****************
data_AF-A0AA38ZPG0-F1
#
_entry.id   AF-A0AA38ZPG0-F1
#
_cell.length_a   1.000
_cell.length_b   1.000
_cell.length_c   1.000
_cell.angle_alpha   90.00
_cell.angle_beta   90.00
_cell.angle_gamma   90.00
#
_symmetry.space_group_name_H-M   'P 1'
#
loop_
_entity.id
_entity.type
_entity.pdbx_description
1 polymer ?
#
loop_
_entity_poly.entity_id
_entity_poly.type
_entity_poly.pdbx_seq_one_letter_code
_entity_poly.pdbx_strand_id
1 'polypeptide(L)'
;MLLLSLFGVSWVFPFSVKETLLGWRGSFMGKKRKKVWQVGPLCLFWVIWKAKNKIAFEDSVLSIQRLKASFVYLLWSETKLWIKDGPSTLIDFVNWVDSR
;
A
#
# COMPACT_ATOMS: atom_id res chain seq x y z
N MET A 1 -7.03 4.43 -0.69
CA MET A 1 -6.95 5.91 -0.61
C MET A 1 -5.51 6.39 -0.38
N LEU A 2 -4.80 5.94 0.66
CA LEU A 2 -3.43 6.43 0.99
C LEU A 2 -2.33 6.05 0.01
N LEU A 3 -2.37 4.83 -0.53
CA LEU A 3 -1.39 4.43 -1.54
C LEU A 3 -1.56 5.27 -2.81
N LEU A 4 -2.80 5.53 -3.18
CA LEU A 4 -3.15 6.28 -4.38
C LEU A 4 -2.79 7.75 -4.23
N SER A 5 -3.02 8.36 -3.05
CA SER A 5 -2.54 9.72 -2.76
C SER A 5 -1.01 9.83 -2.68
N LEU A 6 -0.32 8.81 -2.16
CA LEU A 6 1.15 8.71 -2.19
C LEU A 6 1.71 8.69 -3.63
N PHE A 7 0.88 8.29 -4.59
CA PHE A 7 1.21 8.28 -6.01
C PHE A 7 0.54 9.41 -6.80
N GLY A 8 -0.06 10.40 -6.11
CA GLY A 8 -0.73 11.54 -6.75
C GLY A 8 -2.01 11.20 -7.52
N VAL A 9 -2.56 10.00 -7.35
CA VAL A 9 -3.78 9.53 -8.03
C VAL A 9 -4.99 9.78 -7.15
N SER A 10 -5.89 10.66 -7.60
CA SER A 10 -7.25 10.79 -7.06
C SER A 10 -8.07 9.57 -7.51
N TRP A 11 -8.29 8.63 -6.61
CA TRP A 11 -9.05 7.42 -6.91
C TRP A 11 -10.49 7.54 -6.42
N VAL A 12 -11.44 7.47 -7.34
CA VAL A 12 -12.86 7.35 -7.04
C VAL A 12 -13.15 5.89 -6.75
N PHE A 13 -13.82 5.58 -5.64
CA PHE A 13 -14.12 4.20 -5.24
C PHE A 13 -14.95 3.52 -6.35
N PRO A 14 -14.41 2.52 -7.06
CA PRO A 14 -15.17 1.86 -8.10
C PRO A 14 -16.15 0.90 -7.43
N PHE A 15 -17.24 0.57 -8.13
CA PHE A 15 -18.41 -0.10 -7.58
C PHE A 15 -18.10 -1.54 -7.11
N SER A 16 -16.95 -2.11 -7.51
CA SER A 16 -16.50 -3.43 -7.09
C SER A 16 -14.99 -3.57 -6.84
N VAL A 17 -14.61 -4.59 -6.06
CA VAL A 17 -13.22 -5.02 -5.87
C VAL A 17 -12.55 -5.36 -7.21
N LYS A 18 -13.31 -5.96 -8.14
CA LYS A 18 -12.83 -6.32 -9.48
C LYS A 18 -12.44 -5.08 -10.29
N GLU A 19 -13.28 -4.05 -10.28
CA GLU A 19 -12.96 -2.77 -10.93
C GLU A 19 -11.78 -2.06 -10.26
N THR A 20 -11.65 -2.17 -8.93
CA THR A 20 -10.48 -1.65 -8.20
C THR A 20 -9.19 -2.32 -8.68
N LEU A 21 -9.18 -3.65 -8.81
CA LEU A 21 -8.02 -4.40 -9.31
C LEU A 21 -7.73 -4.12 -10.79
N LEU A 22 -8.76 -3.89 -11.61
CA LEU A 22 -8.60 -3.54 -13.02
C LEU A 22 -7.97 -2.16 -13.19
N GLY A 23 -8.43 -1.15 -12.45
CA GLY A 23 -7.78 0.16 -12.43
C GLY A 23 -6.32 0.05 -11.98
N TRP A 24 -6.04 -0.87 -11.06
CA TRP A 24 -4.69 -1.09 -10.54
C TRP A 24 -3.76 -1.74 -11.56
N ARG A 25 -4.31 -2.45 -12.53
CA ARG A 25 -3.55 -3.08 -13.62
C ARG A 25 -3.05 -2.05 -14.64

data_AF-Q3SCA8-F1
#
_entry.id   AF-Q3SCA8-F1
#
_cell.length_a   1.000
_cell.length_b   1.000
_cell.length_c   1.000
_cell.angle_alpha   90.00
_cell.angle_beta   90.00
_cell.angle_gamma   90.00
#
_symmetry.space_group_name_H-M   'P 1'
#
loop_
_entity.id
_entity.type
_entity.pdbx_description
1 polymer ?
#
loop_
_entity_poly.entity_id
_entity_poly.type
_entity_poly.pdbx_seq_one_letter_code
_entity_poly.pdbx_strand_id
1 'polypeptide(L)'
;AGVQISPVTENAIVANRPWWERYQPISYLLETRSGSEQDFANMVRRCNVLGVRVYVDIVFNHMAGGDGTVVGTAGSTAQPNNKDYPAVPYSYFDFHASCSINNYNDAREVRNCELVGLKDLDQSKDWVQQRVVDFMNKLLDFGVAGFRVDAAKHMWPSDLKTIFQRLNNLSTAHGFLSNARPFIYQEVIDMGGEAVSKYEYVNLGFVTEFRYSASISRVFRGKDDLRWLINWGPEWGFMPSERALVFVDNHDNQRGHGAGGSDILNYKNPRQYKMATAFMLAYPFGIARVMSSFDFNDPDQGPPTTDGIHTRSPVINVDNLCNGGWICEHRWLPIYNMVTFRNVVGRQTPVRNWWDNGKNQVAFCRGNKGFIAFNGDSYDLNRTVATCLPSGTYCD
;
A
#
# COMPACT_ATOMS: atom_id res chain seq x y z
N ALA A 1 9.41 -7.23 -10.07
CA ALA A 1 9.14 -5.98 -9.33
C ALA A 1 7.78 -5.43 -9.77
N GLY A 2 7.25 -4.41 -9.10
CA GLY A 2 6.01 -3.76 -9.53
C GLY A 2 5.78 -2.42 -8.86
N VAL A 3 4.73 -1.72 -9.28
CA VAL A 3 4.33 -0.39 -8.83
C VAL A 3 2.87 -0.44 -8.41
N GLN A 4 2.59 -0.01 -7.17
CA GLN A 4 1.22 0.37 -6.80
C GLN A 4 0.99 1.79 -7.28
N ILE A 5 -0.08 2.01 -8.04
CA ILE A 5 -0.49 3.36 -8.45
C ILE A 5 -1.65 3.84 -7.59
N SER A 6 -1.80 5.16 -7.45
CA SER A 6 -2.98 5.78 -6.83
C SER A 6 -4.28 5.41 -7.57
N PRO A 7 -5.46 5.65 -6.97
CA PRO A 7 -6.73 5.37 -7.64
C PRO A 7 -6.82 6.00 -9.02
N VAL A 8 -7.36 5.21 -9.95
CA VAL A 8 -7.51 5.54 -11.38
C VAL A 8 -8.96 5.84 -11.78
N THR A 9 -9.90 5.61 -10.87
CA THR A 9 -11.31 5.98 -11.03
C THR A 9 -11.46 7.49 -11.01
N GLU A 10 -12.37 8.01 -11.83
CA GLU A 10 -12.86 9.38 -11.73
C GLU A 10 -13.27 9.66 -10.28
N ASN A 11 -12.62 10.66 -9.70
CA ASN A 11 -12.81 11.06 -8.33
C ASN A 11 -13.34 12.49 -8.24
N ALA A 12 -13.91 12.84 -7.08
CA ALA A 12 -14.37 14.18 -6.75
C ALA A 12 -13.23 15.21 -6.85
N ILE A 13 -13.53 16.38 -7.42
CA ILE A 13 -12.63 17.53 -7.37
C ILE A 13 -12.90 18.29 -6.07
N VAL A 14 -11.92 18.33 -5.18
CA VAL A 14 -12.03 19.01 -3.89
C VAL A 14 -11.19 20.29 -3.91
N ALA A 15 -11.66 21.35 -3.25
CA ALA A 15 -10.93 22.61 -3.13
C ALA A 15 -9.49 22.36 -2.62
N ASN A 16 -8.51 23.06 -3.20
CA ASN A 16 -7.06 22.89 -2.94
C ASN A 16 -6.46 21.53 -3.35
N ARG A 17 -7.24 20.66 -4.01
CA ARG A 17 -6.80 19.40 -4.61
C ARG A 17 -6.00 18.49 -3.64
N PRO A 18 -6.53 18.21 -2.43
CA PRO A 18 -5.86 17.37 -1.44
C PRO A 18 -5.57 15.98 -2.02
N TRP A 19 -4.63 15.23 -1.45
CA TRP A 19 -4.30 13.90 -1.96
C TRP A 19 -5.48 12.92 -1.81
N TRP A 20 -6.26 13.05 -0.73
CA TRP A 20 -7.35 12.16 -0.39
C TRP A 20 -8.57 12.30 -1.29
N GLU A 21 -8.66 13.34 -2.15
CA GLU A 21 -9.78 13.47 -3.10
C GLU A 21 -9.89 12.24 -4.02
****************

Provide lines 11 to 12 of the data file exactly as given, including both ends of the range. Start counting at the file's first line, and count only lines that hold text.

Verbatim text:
#
_symmetry.space_group_name_H-M   'P 1'